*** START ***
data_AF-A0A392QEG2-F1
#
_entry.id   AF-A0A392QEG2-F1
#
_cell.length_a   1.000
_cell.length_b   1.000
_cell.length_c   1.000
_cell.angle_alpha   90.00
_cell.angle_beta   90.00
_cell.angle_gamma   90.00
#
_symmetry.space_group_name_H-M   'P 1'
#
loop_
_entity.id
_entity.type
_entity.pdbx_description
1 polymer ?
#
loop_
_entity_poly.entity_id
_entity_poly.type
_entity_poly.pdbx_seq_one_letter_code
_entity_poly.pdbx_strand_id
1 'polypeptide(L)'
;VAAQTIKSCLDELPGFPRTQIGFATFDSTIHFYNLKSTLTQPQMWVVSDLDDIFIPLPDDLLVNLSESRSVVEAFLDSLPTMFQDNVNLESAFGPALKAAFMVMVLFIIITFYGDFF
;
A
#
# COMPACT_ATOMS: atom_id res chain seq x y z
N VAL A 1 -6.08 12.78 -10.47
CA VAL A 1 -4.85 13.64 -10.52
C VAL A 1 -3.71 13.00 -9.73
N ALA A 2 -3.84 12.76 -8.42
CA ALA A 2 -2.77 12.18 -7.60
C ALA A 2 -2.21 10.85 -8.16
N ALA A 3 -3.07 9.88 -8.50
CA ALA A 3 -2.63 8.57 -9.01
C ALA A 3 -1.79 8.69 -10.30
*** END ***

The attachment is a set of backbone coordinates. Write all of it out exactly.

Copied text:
data_AF-A0A392QEG2-F1
#
_entry.id   AF-A0A392QEG2-F1
#
_cell.length_a   1.000
_cell.length_b   1.000
_cell.length_c   1.000
_cell.angle_alpha   90.00
_cell.angle_beta   90.00
_cell.angle_gamma   90.00
#
_symmetry.space_group_name_H-M   'P 1'
#
loop_
_entity.id
_entity.type
_entity.pdbx_description
1 polymer ?
#
loop_
_entity_poly.entity_id
_entity_poly.type
_entity_poly.pdbx_seq_one_letter_code
_entity_poly.pdbx_strand_id
1 'polypeptide(L)'
;VAAQTIKSCLDELPGFPRTQIGFATFDSTIHFYNLKSTLTQPQMWVVSDLDDIFIPLPDDLLVNLSESRSVVEAFLDSLPTMFQDNVNLESAFGPALKAAFMVMVLFIIITFYGDFF
;
A
#
# COMPACT_ATOMS: atom_id res chain seq x y z
N VAL A 1 -6.08 12.78 -10.47
CA VAL A 1 -4.85 13.64 -10.52
C VAL A 1 -3.71 13.00 -9.73
N ALA A 2 -3.84 12.76 -8.42
CA ALA A 2 -2.77 12.18 -7.60
C ALA A 2 -2.21 10.85 -8.16
N ALA A 3 -3.07 9.88 -8.50
CA ALA A 3 -2.63 8.57 -9.01
C ALA A 3 -1.79 8.69 -10.30